Building a new image of Africa: ‘dissident states’ and the emergence of French neo-colonialism in the aftermath of decolonisation
Research output: Contribution to journal › Article › peer-review
In 1958, the French state lost control over two of its former African territories, Guinea and Togo. This loss of control was, at first instance, complete, although the Togolese leaders soon found a working relationship with Paris. In the period between the loi-cadre and the establishment of the new government of Charles de Gaulle, such events came as a shock to the French officials. However, they had to cope with the new political circumstances, and they did this by slowly formulating a new policy instead of intervening directly. The French experience with such “dissident states” influenced strongly how those officials would in the future interpret the situation in sub-Saharan Africa. French policy-makers would begin to see Africa as a battleground between friends and foes, between pro-Communist traitors and loyal partners.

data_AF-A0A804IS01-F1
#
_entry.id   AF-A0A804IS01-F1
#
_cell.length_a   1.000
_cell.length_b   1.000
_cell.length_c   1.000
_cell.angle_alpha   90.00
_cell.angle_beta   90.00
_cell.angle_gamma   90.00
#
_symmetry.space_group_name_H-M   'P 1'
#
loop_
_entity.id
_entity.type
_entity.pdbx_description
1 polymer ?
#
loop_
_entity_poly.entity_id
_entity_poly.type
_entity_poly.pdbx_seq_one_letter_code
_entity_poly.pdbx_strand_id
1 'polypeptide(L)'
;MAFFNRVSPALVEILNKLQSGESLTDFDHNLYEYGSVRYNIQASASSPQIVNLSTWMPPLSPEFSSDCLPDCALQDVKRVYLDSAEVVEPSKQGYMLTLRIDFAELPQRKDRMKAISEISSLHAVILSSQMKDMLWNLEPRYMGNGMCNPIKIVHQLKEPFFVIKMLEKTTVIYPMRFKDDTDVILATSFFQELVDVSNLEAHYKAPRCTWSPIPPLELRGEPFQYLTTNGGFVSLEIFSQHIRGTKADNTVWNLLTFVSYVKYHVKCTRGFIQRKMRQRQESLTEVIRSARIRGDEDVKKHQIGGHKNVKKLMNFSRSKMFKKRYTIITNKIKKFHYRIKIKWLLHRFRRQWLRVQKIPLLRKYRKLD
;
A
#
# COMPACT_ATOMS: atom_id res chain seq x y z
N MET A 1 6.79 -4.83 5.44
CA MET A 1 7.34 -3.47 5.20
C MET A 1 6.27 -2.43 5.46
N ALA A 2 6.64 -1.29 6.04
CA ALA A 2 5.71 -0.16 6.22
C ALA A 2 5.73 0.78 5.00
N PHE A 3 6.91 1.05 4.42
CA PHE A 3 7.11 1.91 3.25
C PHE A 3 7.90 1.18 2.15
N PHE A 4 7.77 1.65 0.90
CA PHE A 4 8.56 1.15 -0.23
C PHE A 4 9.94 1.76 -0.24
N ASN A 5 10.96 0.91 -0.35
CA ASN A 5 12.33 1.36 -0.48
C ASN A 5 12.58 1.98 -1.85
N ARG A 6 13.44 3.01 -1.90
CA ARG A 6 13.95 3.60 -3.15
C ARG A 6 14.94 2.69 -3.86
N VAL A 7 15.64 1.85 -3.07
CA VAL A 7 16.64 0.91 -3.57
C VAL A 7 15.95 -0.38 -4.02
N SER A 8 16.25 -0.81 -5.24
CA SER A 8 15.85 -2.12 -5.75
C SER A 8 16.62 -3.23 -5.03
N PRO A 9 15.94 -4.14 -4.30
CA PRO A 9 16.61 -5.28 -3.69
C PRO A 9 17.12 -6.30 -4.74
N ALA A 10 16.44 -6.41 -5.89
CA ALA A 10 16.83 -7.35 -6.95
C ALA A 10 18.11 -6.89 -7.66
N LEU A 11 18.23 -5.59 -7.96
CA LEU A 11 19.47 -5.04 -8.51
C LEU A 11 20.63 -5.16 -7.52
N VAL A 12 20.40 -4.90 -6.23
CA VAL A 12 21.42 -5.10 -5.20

|Number of pages||18|
|Journal||Cahiers d’Etudes Africaines|
|Publication status||Published - 2008|